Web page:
As the world commemorates this year’s World AIDS Day, World Vision Southern Africa is bringing to the fore its accomplishments in mobilizing faith communities to become part of the response to HIV and AIDS. The theme for this year is ‘HIV prevention’.
Over the years, through support from World Vision, faith leaders have actively played a key role in providing physical, spiritual, psychological and other forms of care and support to both people affected and infected with HIV and AIDS.
Previously, some saw faith leaders as barriers to efforts to respond to HIV and AIDS, arguing that they were contributing to stigma and discrimination. But today World Vision believes that this perception has largely changed and faith leaders are now perceived as part of the solution.
Using the well acclaimed Channels of Hope model, that uses Bible teachings to inspire and motivate faith leaders and their communities, World Vision has been able to effectively mobilize and involve the faith community in HIV prevention care and support interventions and to tackle stigma and discrimination.
In many instances, faith leaders now live by example, share their HIV status openly and motivate congregations to rise up and get involved in HIV prevention, care and support programs.
World Vision Southern Africa director for Health, Nutrition and HIV, Dr Steven Malinga believes the role of the faith community in fighting stigma and discrimination is particularly vital if the 90-90-90 UNAIDS targets are to be achieved as stigma and discrimination are among key barriers to achieving these targets. The targets refer to ensuring 90% of people living with HIV are diagnosed by 2020, 90% of diagnosed people on are antiretroviral treatment by 2020 and 90% of people in treatment with fully suppressed viral load by 2020.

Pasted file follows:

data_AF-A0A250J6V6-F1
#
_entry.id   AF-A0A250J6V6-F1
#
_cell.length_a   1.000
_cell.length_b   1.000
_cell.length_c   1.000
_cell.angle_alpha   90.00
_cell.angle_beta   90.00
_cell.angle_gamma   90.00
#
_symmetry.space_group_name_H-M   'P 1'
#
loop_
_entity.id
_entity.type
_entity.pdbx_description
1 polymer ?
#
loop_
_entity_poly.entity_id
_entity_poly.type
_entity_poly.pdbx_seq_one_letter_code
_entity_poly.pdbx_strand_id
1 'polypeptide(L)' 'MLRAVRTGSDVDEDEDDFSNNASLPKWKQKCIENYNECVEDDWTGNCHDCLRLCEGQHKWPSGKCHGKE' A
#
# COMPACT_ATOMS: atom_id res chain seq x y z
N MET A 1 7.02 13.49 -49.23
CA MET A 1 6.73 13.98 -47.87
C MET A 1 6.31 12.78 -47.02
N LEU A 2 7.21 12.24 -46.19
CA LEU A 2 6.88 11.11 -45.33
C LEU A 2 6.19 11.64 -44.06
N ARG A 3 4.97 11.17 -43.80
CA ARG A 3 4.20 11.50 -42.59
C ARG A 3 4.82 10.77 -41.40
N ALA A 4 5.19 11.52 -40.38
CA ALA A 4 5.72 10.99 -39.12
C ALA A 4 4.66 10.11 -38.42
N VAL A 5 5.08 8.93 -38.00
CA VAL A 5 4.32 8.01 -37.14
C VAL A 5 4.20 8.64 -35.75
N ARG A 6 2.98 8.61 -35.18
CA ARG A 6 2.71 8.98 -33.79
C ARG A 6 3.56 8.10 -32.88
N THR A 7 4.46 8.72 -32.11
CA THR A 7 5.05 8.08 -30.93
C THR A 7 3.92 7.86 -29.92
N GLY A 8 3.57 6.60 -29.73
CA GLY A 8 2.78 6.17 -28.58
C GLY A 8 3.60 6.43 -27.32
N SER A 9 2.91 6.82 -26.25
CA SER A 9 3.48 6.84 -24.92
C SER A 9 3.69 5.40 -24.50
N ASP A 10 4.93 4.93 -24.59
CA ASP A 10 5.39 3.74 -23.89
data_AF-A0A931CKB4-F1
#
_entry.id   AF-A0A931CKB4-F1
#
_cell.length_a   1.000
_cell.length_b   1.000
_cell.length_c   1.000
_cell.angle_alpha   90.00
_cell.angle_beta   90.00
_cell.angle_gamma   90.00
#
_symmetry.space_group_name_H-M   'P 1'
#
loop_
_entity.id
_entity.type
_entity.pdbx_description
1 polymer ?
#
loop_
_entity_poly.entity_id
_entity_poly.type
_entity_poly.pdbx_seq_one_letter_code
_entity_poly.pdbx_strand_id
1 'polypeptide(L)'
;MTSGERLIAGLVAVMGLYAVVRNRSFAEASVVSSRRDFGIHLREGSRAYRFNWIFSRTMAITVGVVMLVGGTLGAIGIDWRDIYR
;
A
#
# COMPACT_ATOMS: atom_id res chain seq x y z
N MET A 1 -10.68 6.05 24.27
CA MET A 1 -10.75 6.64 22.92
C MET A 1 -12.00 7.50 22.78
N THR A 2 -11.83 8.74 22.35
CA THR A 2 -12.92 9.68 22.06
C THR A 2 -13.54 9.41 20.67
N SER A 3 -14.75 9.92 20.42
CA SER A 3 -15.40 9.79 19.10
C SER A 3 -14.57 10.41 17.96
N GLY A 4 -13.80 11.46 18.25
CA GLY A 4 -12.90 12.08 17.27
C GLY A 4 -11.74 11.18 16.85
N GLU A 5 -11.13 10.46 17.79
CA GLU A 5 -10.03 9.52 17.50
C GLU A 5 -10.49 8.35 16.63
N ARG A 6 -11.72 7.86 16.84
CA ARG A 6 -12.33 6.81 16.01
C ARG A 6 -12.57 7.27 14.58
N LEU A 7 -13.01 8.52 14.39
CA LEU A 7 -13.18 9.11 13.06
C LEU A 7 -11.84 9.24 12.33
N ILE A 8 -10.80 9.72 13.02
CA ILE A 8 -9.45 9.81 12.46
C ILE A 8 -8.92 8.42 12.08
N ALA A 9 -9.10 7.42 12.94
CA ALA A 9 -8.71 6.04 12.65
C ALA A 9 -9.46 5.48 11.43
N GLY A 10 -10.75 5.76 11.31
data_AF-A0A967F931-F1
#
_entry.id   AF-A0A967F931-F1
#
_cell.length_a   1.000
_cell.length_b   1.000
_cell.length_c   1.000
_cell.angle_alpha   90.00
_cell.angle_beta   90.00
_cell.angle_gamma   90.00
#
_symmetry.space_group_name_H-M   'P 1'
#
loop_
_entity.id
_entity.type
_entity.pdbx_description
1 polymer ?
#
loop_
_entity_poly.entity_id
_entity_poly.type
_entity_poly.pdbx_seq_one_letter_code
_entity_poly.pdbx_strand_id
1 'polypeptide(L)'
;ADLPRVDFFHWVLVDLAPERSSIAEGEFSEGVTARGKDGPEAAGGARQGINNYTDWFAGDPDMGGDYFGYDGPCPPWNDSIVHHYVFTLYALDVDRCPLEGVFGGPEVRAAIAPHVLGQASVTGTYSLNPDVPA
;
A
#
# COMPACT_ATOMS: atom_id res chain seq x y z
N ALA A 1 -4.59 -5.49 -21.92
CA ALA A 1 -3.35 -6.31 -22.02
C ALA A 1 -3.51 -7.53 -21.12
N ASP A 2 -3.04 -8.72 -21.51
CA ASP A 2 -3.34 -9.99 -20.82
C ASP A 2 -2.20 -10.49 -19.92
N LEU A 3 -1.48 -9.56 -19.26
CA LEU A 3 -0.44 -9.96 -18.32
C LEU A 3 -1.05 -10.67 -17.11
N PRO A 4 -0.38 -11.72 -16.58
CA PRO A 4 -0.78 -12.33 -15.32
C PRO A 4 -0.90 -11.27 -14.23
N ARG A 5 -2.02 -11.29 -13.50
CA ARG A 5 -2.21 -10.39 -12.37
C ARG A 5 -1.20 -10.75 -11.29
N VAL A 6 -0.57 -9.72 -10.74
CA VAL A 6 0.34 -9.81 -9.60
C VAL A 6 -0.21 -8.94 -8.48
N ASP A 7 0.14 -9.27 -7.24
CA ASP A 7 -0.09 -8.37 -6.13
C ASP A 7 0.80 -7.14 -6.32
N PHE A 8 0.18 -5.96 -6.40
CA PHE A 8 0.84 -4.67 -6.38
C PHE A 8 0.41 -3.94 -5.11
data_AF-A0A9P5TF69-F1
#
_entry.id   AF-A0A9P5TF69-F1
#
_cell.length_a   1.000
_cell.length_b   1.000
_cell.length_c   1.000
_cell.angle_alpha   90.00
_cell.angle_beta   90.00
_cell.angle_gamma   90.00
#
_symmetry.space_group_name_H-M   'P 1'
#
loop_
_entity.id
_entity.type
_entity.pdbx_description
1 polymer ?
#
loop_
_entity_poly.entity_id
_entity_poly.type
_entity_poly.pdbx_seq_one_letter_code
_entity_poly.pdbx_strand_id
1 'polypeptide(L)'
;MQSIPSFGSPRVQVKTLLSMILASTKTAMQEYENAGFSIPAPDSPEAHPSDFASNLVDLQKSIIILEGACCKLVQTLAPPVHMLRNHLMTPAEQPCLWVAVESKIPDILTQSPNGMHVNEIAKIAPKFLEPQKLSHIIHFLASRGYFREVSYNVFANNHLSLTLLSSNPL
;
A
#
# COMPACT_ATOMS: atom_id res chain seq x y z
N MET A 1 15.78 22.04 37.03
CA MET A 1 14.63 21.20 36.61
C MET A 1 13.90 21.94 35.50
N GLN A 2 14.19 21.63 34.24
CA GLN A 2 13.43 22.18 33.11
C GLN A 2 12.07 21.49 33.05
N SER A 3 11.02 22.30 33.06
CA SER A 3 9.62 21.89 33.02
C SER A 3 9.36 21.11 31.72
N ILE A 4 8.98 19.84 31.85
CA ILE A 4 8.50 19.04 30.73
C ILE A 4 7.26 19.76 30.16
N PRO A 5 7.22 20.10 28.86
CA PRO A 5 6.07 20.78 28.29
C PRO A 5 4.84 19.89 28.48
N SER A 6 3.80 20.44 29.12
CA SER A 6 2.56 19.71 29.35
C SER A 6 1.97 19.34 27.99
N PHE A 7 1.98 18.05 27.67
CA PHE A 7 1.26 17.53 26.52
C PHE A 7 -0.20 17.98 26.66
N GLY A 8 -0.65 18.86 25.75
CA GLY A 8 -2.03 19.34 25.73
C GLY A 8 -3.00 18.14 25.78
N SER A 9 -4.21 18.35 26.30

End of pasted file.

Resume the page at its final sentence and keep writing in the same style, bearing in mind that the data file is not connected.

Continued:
“In World Vision-supported programs the faith community has been instrumental in uniting discordant couples, families affected by HIV related gender based violence and supporting vulnerable children.
It has been very fulfilling to partner with and to see the results that have been accomplished through faith leaders and their communities,” says Dr Malinga.
In addition to its work with faith communities, World Vision’s efforts with other stakeholders have seen levels of mother to child transmission drop, more people put on antiretroviral therapy and the reduction in the number of HIV related deaths
He says that the end of AIDS is now considered feasible by 2030, a scenario that was unimaginable some years ago. However, he believes there is still more work to be done.
“The theme for this year – HIV prevention – is very critical if the world is to realize the end of AIDS hence World Vision is proud to reiterate its continued partnership with governments, communities and other stakeholders to actively engage in the response to HIV and AIDS and improve access to HIV prevention and care and treatment services,” Dr Malinga says.
Looking forward to the years running up to 2020, World Vision is set to continue working with communities, governments, faith leaders and other partners to achieve the 90-90-90 targets.
In line with World Vision’s strategy, efforts will particularly be targeted towards elimination of new infections among children; ensuring children affected by HIV survive and thrive. Focus also remains on adolescents as well as tackling stigma and discrimination.